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Decision 087/2015: Mr and Mrs M and the Scottish Prison Service

ICC discussion of a complaint

Reference No: 201402838
Decision Date: 19 June 2015


On 14 April 2014 Mr and Mrs M asked the Scottish Prison Service (the SPS) for information held in relation to the Internal Complaints Committee's (ICC's) discussion of a particular complaint.

The SPS responded, withholding the information as personal data whose disclosure would breach the data protection principles. Following a review, Mr and Mrs M remained dissatisfied and applied to the Commissioner for a decision.

The Commissioner investigated and found that the SPS had responded to Mr and Mrs M's request for information properly, in accordance with Part 1 of FOISA.

 Relevant statutory provisions

Freedom of Information (Scotland) Act 2002 (FOISA) sections 1(1) and (6) (General entitlement); 2(1)(a) and (2)(e)(ii) (Effect of exemptions); 38(1)(b), (2)(a)(i) and (b) and (5) (definitions of "the data protection principles", "data subject" and "personal data") (Personal information)

Data Protection Act 1998 (the DPA) sections 1(1) (Basic interpretative provisions) (definition of "personal data"); Schedules 1 (The data protection principles, Part I: the principles) (the first data protection principle) and 2 (Conditions relevant for purposes of the first principle: processing of any personal data) (conditions 1 and 6)

The full text of each of the statutory provisions cited above is reproduced in Appendix 1 to this decision. The Appendix forms part of this decision.


1. On 14 April 2014, Mr and Mrs M made a request for information to the SPS. The information requested was:

"all and any information held by the SPS in relation to the discussion by the ICC at HMP Edinburgh of complaint ref [number supplied]".

2. The SPS responded on 9 May 2014, explaining that it considered the information requested to be the personal data of a third party (the complainer). It applied section 38(1)(b) of FOISA to the information. It explained how the information could be disclosed in compliance with the DPA.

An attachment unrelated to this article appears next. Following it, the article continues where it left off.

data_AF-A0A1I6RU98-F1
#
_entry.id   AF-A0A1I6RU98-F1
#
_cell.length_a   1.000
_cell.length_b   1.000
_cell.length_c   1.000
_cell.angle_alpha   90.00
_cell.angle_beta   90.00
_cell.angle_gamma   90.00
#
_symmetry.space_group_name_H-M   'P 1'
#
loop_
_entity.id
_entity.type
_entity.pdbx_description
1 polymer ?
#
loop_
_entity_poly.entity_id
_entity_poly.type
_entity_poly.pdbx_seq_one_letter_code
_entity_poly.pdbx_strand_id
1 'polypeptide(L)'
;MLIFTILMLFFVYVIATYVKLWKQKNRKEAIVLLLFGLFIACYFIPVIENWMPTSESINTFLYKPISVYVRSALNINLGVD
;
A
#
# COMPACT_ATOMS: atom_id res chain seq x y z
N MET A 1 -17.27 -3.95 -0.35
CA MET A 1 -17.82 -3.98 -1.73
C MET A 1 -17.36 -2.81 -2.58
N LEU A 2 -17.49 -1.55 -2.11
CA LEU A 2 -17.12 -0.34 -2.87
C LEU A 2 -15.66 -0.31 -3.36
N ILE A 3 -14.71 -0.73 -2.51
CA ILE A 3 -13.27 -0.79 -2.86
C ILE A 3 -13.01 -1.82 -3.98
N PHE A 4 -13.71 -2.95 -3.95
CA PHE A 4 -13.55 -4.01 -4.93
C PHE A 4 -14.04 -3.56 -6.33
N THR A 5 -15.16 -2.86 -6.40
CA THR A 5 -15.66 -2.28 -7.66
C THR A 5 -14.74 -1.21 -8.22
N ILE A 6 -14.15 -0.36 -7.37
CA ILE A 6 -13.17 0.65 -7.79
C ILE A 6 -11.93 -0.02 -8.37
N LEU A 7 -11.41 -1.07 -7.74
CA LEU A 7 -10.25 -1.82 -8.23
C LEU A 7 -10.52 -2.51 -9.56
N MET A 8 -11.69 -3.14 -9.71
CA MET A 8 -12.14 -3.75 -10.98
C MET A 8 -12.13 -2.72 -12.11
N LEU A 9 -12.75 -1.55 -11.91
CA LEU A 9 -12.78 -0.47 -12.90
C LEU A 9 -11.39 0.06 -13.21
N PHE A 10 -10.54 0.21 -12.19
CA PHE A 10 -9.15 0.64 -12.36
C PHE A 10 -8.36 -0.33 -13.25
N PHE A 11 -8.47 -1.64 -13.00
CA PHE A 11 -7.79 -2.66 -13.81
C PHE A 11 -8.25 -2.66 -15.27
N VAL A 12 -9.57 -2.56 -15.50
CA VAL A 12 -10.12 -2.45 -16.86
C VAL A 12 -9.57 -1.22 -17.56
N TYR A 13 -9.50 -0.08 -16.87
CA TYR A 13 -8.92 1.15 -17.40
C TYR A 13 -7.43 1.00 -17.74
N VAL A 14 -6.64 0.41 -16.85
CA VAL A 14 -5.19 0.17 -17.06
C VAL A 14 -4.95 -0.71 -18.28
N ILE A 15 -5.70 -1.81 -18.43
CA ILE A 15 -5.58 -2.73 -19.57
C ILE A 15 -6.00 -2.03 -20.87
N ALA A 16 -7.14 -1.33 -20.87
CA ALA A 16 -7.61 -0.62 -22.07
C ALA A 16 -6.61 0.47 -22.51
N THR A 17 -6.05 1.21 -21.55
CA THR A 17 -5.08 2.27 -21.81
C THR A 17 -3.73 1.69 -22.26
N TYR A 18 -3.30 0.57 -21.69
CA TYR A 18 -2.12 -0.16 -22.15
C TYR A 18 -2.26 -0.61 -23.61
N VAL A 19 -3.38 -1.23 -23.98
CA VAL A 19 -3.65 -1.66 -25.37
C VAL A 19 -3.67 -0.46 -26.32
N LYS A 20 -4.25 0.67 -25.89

3. On 31 May 2014, Mr and Mrs M wrote to the SPS and asked it to carry out a review of its decision. They did not agree that the information they had requested was the personal data of a third party.

4. The SPS notified Mr and Mrs M of the outcome of its review on 27 June 2014, upholding its original decision without modification.

5. On 12 December 2014, Mr and Mrs M wrote to the Commissioner, applying for a decision in terms of section 47(1) of FOISA. Mr and Mrs M stated they were dissatisfied with the outcome of the SPS's review. They did not believe the SPS had justified its application of section 38(1)(b) of FOISA, with reference to the relevant statutory tests and why the information was all considered to be personal data. They noted that some of the information might be their own personal data, although the SPS had not raised this.


6. The application was accepted as valid. The Commissioner confirmed that Mr and Mrs M made a request for information to a Scottish public authority and asked the authority to review its response to that request before applying to her for a decision.

7. On 18 December 2014, the SPS was notified in writing that Mr and Mrs M had made a valid application. It was asked to send the Commissioner the information withheld from Mr and Mrs M. The SPS provided the information and the case was allocated to an investigating officer.

8. Section 49(3)(a) of FOISA requires the Commissioner to give public authorities an opportunity to provide comments on an application. The SPS was invited to comment on this application and answer specific questions, justifying its reliance on any provisions of FOISA it considered applicable to the information requested.

9. In their application, Mr and Mrs M asked the Commissioner to offer them the opportunity to comment upon any submissions in the event that the SPS maintained its reliance on section 38. On 5 May 2015, the investigating officer wrote to Mr and Mrs M giving them the opportunity to comment further should they wish to do. They replied on 19 May 2015 with their comments. The complainer also wrote a letter to the Commissioner on 18 May 2015, with comments.

  Commissioner's analysis and findings